© 2011 Sebastian Hofman (1 of 71)
Distribution and Habitat
Country distribution from AmphibiaWeb's database: Austria, Belarus, Bosnia and Herzegovina, Bulgaria, Croatia, Czech Republic, Denmark, Germany, Greece, Hungary, Kazakhstan, Latvia, Lithuania, Moldova, Republic of, Poland, Romania, Russian Federation, Serbia, Slovakia, Slovenia, Sweden, Turkey, Ukraine
The toad inhabits zones of steppe, forest steppe, broad-leaved and mixed forests consisting of different species of trees. In the forest steppe and steppe zones, B. bombina inhabits bushlands, forests and wetlands in floodplains, covered with dense vegetation. It inhabits also open landscapes, using drainage channels as pathways for dispersal. At the southeastern margin of its range, the species lives in permanent freshwater bodies in river valleys surrounded by an arid saline landscape. It is primarily an aquatic animal living in shallow stagnant lakes, ponds, swamps, peatbogs, ditches, flooded rice fields and quarries. Sometimes the toad inhabits semi-flowing waters: springs, irrigation channels, rivers and stream pools. In some areas, however, it seems to live almost entirely in stagnant water bodies. As a rule, the water must be clear. In the Carpathian region, B. bombina lives in wetlands with clearer water than the congeneric B. variegata. However, near the southern margin of the range, in Southeastern Ukraine and Krasnodar Region of Russia, the toad often occurs in chemically polluted waters: settling and sedimentation reservoirs, rice fields, polluted ponds in settlements and cities etc.
Life History, Abundance, Activity, and Special Behaviors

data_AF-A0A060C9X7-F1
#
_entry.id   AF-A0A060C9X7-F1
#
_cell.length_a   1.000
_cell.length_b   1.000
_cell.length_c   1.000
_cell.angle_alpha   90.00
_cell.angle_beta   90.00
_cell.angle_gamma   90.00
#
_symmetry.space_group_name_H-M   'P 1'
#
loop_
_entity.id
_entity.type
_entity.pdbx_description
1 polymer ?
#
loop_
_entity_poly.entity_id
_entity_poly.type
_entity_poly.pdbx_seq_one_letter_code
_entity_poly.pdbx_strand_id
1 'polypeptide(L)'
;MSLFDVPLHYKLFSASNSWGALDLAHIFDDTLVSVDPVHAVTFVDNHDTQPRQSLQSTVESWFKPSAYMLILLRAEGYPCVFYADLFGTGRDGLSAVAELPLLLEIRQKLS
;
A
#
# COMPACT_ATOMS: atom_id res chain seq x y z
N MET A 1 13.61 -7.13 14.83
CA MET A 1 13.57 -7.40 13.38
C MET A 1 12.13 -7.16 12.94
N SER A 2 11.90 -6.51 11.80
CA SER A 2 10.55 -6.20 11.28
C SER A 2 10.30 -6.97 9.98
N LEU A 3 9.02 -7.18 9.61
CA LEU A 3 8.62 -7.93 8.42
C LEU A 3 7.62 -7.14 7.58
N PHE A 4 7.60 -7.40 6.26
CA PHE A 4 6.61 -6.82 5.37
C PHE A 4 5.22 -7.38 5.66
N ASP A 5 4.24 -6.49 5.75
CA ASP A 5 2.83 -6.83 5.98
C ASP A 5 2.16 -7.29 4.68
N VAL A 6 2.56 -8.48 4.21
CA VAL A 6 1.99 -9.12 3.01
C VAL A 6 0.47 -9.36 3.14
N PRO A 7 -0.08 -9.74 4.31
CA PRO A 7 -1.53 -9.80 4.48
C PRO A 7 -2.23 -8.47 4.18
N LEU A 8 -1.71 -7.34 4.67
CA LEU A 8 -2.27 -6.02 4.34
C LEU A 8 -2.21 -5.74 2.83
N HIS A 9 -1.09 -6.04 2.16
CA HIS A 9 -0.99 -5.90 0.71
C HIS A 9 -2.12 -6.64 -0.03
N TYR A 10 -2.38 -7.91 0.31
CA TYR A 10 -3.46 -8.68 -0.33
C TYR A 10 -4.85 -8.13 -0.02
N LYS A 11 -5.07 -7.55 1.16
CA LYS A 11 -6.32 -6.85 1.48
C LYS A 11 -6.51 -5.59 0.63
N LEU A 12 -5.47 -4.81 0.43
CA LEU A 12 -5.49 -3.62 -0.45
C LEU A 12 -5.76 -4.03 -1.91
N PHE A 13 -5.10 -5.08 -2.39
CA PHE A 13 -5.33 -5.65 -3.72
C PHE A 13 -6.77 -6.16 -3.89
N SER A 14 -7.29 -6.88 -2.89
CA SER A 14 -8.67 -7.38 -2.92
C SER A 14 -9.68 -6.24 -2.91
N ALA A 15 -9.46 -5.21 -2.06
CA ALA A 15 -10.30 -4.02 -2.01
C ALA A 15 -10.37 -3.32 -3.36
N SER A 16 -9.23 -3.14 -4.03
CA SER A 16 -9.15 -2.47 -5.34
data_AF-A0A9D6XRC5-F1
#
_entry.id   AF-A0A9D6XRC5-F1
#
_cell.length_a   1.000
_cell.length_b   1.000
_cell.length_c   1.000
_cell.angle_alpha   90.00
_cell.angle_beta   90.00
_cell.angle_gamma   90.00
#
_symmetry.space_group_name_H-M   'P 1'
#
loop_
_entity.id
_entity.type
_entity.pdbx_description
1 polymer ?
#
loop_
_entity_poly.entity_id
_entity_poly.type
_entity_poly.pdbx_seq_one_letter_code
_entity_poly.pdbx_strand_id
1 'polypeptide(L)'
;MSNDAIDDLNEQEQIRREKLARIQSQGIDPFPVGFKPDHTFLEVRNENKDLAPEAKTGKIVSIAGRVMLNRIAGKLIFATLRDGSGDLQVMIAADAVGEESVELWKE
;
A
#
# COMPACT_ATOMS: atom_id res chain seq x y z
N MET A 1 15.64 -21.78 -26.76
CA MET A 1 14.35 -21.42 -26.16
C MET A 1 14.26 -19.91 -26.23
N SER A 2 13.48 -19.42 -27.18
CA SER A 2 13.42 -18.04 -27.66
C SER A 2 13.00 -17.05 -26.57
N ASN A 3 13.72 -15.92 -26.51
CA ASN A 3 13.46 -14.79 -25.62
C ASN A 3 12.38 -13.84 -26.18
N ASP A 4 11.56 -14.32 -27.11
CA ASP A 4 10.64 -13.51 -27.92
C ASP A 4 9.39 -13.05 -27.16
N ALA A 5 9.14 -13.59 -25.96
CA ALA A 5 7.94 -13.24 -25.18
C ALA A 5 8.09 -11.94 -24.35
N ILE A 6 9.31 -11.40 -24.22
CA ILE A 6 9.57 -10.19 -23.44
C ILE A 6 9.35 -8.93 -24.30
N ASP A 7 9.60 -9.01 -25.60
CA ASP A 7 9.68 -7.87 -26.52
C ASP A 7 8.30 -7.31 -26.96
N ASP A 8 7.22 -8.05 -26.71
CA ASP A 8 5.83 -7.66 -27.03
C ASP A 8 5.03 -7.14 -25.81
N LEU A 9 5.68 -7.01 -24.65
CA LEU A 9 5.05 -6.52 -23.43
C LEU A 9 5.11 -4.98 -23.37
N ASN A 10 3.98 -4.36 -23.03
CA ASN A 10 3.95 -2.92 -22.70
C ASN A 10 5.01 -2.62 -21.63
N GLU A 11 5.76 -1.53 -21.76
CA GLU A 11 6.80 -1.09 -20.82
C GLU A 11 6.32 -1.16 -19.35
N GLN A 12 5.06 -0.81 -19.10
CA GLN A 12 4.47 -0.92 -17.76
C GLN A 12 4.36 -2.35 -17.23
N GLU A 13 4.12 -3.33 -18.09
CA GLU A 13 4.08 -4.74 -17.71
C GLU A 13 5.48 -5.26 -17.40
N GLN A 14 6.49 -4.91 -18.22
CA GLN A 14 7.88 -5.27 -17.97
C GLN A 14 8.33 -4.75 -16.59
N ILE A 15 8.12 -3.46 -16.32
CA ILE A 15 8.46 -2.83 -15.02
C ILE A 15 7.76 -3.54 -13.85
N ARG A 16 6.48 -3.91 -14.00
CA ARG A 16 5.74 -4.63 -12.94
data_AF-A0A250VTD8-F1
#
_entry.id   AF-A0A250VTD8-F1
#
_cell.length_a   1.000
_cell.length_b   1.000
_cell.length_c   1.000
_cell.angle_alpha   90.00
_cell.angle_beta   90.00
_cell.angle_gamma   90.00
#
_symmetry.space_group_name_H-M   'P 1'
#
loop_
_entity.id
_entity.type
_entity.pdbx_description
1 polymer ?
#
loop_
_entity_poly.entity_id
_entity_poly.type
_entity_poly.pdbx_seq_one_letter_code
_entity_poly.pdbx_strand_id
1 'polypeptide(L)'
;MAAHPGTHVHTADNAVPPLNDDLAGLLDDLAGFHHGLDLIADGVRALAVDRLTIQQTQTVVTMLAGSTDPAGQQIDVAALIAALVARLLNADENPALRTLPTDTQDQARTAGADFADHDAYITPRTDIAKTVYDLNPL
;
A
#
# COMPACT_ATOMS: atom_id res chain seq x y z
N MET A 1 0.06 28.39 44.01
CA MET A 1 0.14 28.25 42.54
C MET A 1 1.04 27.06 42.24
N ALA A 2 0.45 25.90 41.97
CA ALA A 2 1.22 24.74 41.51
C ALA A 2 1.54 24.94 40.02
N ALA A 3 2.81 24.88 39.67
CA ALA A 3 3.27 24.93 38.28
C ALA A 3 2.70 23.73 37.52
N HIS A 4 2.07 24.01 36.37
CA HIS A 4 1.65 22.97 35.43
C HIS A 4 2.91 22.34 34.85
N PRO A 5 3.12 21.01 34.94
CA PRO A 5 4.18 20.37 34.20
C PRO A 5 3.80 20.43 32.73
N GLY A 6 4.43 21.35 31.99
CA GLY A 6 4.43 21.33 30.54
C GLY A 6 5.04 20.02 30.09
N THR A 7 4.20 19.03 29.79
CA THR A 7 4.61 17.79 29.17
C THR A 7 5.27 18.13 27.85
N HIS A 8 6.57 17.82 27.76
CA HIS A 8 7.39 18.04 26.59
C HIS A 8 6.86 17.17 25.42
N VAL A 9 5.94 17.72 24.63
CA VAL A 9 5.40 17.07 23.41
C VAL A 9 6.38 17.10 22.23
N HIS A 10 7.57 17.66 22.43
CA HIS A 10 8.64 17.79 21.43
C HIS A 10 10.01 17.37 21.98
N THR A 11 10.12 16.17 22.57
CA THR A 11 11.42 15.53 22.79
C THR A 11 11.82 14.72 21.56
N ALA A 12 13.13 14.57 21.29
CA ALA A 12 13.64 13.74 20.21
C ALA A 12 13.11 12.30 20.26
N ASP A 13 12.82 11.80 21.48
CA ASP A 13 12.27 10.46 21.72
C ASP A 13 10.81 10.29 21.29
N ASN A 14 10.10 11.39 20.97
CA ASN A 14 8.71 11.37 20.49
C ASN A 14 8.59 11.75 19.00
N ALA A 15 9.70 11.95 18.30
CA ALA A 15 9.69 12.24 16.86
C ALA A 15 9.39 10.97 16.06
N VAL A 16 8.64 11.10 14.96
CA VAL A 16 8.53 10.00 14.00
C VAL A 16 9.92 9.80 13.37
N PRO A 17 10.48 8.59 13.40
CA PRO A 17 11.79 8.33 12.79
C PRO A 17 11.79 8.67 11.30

The toads prefer relatively warm conditions: they are active at +10 - +30oC, usually +18 - +20oC. Active individuals are found in the daytime, but the maximum calling by males occurs at dusk, whereas during windy or cold weather toad activity decreases. Fire-Bellied Toads stay in the water or near the shore; terrestrial migrations occur mainly at high air humidity, as a rule at night.Hibernation occurs from the end of September or October (sometimes the beginning of November) to late March or April. The toad hibernates in the mud on the bottom of water bodies or on land. The breeding season extends from May to the end of summer. During this time, male vocalizes floating on the water surface, with body flattened. Sometimes he is able to call from under the water. Amplexus is pelvic. The clutch contains 80-300 eggs, sometimes more, deposited in portions. Embryonic and larval development takes 2-2.5 months. Metamorphosis extends from the second half of June to the end of September. As a rule, it peaks in July-August. Recently metamorphosed toadlets stay in the water and near the shore. Sexual maturity is attained in the 2nd-4th year of life, longevity in nature reaches at least 12 years.
Tadpoles consume mainly algae and higher plants, lower animals frequently are eaten. Newly metamorphosed toadlets prey mainly on insects (Coleoptera, Hymenoptera, Diptera), adults consume mainly various insects. More than half of their diet of adults may consist of aquatic invertebrates, but terrestrial animals are also numerous. Variation in the proportion of aquatic prey in different samples reflects the extent of terrestrialism the toad in different landscapes and seasons. During the breeding season, feeding is not stopped.
When faced with a potential predator, B. bombina exhibits a defensive posture called the unkenreflex. It turns over and curves its bright belly upward, covering the eyes with its palms. Otherwise, it may not turn over but instead curve its body downward, lift up the head, and curve the extremities showing the bright spots on its flanks and on the ventral surface of the extremities. Despite the venomous skin secretions in the Fire-Bellied Toad, many vertebrates regularly consume its adults and juveniles. For example, its proportion in the diet of Nycticorax nycticorax in Ukraine may reach 25%.
Trends and Threats
Relation to Humans
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Written by Sergius L. Kuzmin (ipe51 AT yahoo.com), Institute of Ecology and Evolution, Russian Academy of Sciences, Moscow
First submitted 1999-09-29
Edited by Vance Vredenburg
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